As the struggle for survival in rural communities has intensified, the idea of rural teleworkers is gaining steam. Not only is access to essential services often limited, finding sustainable employment with a living wage is trying at best in rural areas.
For today’s youngest generation of workers who have been surrounded with technology since birth, the rural communities where they grew up present them with minimal opportunities to thrive. For this generation, securing work within popular tech industries or smaller niche industries often means relocating to urban areas.
Unfortunately, this creates a cycle of problems. There are less people working or people are underemployed – making less money – in rural areas, resulting in less money available to support local businesses, which unfortunately results in the creation of even fewer jobs.
Changing the cycle
This doesn’t need to be the case. “By hiring remote workers in those small, rural communities, a business gains the advantage of expanding its recruiting pool to the entire nation, or indeed to much of the world,” writes Greg Kratz in this 1 Million for Work Flexibility post. “Those workers’ communities then include residents who can live where they want to live while earning a good wage and plowing their income back into local businesses, thus boosting the economy in general.”
According to this Nextgov post by Mohana Ravindranath, US House Rep. Ro Khanna from California, envisions a world in which tech companies like Google, Apple and Salesforce could regularly hire developer talent in Appalachian states. “Kentucky and many other Appalachian states, stalwarts of the American coal industry, are seeing jobs rapidly disappear, in part because of advances in energy technology and automation.”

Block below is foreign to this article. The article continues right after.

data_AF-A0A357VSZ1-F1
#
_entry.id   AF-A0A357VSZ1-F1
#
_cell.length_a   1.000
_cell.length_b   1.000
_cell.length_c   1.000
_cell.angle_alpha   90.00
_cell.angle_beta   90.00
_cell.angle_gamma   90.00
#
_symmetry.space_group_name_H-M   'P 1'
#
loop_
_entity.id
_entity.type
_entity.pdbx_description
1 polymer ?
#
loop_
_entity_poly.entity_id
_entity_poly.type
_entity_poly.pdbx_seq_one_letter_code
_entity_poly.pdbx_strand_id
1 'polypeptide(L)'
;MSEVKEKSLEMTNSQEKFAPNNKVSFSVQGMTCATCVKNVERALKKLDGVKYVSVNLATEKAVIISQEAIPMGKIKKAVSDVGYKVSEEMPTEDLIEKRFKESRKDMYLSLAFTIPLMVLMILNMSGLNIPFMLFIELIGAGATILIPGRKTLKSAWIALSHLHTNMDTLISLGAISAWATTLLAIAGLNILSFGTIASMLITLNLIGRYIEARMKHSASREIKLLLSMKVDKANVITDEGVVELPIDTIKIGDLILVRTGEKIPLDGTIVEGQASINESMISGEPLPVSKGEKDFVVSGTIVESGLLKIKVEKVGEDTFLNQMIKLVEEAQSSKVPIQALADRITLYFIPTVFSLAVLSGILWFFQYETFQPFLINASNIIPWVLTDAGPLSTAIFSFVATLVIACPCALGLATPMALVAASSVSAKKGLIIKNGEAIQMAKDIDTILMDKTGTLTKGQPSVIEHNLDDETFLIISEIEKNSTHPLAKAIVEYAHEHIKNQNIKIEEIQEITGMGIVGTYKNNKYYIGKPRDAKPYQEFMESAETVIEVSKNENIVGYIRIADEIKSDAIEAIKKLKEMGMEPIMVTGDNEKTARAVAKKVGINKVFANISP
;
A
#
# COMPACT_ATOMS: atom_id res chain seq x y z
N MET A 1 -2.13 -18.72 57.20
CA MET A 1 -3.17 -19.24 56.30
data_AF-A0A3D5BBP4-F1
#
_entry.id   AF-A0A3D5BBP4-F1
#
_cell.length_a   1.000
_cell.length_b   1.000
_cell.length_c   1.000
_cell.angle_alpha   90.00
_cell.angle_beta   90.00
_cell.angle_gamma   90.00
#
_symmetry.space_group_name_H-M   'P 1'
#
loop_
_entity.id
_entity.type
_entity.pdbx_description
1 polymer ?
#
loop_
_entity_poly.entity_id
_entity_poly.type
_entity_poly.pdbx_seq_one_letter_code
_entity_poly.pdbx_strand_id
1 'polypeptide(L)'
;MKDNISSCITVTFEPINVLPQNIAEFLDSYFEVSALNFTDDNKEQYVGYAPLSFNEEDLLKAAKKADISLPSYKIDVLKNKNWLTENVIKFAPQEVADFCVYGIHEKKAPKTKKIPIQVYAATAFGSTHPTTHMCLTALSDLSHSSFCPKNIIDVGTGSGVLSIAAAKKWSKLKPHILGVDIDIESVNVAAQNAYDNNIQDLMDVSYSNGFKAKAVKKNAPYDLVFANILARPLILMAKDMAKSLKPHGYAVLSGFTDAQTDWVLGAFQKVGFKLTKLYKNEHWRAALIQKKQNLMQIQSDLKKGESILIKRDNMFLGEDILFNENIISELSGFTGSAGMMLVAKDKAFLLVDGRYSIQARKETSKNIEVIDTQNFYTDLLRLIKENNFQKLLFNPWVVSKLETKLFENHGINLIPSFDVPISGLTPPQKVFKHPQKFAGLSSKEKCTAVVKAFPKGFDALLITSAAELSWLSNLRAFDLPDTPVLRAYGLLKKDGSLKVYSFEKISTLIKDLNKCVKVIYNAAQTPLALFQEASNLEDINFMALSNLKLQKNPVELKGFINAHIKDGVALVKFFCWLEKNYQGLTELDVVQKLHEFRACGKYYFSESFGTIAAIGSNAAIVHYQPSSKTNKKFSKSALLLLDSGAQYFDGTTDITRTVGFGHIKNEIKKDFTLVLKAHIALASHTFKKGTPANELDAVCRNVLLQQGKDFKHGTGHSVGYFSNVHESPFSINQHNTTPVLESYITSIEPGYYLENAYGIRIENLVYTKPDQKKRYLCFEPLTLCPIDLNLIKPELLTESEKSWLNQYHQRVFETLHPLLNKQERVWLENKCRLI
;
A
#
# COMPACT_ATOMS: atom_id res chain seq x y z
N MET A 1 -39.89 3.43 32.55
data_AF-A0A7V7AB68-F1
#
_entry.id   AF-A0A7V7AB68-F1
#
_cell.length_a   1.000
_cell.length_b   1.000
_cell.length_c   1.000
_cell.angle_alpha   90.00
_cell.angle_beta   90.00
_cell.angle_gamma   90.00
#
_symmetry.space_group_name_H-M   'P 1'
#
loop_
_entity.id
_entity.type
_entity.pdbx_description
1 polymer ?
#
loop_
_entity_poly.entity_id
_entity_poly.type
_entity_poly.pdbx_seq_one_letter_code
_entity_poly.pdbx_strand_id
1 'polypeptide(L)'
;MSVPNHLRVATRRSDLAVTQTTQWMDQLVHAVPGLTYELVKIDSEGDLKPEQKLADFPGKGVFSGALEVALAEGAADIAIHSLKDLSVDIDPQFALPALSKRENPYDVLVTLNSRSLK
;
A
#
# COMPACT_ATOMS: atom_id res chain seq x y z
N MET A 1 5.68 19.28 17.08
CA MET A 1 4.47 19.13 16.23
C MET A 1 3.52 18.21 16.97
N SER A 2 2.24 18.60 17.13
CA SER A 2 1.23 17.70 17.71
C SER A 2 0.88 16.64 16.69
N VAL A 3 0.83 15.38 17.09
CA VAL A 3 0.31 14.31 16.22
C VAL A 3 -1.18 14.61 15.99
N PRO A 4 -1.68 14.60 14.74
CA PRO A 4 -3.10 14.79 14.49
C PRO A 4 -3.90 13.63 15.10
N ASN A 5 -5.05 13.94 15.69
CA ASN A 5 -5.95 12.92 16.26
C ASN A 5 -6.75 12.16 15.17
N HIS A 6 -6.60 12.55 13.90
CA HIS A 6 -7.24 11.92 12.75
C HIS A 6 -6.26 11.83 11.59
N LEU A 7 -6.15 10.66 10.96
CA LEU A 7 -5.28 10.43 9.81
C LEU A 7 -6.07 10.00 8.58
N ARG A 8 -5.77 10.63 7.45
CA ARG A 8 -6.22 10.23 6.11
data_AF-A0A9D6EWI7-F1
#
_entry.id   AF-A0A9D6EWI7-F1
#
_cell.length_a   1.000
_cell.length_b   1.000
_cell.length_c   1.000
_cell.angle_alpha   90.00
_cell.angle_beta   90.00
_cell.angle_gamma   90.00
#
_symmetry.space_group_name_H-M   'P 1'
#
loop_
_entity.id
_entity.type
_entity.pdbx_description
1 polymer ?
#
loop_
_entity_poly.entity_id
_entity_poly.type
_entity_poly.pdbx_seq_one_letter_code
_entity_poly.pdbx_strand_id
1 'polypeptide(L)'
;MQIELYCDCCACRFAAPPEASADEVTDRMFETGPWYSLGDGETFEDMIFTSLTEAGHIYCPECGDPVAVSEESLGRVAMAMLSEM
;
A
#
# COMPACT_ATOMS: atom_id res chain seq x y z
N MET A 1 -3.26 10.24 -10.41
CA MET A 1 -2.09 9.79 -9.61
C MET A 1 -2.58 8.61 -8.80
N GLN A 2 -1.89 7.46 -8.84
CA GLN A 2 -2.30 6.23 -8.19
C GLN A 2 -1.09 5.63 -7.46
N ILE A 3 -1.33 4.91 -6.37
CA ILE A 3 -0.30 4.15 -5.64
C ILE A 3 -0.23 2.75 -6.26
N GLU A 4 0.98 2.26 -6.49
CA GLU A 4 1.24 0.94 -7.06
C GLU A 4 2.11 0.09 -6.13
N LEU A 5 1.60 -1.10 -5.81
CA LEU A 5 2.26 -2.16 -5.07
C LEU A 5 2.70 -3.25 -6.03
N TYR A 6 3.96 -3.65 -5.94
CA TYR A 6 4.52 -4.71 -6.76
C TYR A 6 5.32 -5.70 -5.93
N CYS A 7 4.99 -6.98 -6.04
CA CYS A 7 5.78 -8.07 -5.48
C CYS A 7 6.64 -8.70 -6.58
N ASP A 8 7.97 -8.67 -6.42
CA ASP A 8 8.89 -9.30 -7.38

However, based on findings from his visit, Khanna told Nextgov that Appalachian residents are eager to build new skills and tech companies are often happy to hire them. Understandably, as these organizations consider embracing Khanna’s initiative to boost flex work within rural environments, it will be technologies like video conferencing that essentially serve as the enabler.
After all, with a solid solution in place, these remote workers have the ability to fully assimilate into a team including taking part in face-to-face meetings and regular collaborative exchanges necessary to build trust and establish camaraderie.
While there are true socioeconomic benefits associated with increased employment, a meaningful boost in rural flex work could have an additional “big picture” impact on resident health as well.
For instance, offering a new avenue to viable employment could prove instrumental in helping those within the Appalachian region where the ongoing opioid epidemic has significantly stunted forward progress as communities struggle to overcome job losses.
These areas desperately need new opportunities if they have any hope of breaking the cycle. Rural areas such as the Appalachian region tend to rely disproportionately on economies consisting mostly of jobs involving manual labor, such as agriculture and coal-mining – all physically intense jobs that cause chronic pain. These factors combined with the more liberal opioid prescribing practices that began in the 1990s have created the perfect storm for opioid abuse in Appalachia and other rural areas.
Bottom line: there is an entire generation – and geography – of untapped potential within rural communities – just waiting to shine. Of course, change needs to start with a few progressive organizations willing to recognize the potential and offer growth opportunities.
Are there businesses in your community reaching out to embrace telework in rural communities? Tell us your story, and we may feature it on WorkSpace Today.